34th Annual Vancouver Folk Music Festival review
A cross section of this year's Vancouver Folk Music Festival hardly conveys the magic that took place on the 7+ stages last weekend. Five performances, however, can serve as a sample of the excellent music performed on Saturday July 16th, 2011.
Pokey LaFarge & The South City Three brought authentic country melodies from the South to the folk festival stage. Jaw-dropping blues harp solos and a washboard player with shakers and a bicycle horn attached brought jazz and gospel standards to life.
Spiro flew in from the UK to play with the multi-talented Cassius Khan and Albertan pop artist Wendy McNeill on Saturday. Drum 'n' bass and tabla mixed at that tree-covered stage around 2:00 in the afternoon. The eight-piece band "Musical Masala" featured harmonium, guitar, upright bass, and were they ever spicy.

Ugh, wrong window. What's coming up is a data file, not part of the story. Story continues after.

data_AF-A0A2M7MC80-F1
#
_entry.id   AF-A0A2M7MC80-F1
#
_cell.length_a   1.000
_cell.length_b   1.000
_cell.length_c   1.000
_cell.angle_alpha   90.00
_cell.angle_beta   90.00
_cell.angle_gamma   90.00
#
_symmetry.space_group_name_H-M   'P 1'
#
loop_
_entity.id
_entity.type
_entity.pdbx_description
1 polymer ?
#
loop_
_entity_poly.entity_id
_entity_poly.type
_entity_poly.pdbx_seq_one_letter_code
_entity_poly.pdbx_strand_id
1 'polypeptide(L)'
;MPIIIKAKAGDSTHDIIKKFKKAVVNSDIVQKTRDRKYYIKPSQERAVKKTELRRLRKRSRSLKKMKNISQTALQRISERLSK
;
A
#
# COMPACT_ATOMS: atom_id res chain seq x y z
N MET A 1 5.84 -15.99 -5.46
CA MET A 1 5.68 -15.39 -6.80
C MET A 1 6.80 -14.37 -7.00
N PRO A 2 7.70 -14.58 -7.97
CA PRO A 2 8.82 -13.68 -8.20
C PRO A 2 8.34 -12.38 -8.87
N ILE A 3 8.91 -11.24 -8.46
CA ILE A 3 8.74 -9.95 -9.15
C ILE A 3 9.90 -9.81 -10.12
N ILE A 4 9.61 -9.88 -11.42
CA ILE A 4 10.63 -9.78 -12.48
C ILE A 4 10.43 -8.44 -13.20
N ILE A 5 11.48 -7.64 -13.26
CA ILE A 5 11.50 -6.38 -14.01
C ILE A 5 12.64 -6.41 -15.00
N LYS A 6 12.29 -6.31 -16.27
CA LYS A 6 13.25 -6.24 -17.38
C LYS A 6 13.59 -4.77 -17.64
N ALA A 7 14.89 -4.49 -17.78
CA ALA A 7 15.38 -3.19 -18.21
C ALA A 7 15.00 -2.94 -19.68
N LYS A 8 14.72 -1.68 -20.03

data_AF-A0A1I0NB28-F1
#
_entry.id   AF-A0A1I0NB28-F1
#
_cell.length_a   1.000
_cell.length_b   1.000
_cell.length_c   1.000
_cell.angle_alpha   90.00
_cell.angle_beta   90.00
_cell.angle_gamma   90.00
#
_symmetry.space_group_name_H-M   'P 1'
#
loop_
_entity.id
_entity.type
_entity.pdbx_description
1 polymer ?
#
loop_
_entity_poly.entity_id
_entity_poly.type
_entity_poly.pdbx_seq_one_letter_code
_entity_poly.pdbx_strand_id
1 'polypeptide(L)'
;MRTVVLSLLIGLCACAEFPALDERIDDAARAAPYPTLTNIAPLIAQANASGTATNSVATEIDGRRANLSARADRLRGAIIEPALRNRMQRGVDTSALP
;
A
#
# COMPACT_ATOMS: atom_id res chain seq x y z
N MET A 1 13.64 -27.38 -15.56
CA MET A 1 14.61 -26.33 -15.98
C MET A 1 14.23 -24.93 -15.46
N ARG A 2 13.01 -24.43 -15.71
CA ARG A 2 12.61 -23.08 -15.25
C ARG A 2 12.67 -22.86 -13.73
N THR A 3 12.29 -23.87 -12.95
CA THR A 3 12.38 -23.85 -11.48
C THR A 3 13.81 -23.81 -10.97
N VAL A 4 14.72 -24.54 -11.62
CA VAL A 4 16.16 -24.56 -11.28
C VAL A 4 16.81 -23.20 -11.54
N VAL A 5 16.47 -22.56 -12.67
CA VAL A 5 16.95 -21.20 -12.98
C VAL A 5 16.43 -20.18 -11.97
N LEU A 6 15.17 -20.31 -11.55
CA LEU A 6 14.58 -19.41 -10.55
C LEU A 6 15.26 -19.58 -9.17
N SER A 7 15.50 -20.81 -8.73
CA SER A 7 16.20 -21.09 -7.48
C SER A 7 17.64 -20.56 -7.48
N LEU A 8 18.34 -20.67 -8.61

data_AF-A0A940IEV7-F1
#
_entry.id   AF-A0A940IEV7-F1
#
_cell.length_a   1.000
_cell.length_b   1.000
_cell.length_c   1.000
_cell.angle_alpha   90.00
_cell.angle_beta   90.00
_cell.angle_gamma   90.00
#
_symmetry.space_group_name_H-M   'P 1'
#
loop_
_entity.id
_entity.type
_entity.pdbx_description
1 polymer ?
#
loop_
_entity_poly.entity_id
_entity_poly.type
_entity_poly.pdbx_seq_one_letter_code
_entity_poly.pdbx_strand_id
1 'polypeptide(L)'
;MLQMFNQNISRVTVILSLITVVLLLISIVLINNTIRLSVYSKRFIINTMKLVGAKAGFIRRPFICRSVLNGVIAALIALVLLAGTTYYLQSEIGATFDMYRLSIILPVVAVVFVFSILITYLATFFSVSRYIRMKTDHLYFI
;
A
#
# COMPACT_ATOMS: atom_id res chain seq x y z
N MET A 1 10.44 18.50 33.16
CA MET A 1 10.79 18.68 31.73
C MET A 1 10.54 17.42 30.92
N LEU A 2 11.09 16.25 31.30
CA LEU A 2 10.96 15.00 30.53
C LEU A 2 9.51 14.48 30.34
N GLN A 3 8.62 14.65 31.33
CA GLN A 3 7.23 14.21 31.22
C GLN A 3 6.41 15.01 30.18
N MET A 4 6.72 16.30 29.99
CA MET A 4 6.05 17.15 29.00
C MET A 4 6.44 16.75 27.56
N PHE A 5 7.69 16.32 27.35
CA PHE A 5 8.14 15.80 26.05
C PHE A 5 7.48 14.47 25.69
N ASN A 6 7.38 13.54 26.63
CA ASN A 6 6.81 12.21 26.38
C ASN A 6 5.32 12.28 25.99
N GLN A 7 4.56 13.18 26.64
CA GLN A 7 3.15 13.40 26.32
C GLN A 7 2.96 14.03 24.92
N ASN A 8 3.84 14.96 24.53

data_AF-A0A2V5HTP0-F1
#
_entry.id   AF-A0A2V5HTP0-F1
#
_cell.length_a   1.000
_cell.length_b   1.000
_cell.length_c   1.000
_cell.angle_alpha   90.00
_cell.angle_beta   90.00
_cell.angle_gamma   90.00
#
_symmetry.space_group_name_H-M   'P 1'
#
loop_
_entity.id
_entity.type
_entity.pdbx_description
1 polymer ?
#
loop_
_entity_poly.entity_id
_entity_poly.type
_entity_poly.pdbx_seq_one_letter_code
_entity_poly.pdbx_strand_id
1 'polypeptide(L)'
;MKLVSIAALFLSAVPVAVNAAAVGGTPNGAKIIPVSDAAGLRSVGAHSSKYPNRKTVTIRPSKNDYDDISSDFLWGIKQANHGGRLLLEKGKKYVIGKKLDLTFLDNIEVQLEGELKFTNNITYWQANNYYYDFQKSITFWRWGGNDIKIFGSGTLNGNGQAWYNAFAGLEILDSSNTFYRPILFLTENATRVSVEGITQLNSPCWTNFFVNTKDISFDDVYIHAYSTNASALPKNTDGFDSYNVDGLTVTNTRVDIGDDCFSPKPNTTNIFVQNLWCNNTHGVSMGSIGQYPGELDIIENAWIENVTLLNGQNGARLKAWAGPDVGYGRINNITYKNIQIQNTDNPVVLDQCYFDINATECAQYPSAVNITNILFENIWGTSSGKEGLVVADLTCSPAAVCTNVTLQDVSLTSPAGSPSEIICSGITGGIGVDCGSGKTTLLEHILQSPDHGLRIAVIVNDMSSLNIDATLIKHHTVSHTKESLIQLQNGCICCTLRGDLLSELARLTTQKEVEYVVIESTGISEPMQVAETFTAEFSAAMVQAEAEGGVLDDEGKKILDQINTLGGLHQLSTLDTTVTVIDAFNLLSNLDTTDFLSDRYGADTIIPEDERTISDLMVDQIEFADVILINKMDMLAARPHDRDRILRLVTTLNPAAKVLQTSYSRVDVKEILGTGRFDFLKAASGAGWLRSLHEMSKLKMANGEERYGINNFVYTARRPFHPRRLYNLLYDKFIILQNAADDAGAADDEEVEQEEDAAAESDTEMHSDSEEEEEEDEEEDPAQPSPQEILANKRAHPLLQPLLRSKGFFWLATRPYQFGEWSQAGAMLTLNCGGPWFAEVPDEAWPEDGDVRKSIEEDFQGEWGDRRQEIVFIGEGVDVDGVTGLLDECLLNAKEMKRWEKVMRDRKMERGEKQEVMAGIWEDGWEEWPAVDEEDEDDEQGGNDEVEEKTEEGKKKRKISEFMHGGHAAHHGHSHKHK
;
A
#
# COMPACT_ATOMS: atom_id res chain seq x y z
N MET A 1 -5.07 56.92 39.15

The Burning Hell was not nearly as nasty as the name sounds. Genuine, quippy stories and unique instrumentation (including cello, violin, bass, drums, baritone sax, clarinet and ukelele) forced laughs and dance moves out of even the most reluctant in the crowd. Lead vocalist Mathias Kom is a modern day suburban dreamer with nothing to hide or prove. The-Mountain-Goats-esque vocals with humour comparable to Flight of the Conchords converted hundreds of listeners into fans at this year's Folk Festival.
Buck 65 shared his moving, emotive anecdotes with a perceptive mass. Starting off with reggaeton beats, Buck proved he can successfully carry his music in new directions. With relaxed grooves and lyrical content beyond his years, Buck was truly having fun with the rest of us.
Check out these artists by clicking on the links above and pre-purchase your tickets for next year's folk festival to be sure you don't miss it.
Follow me on Twitter: @gomikeyourself
IndieVan, Your Vancouver Live Music Blog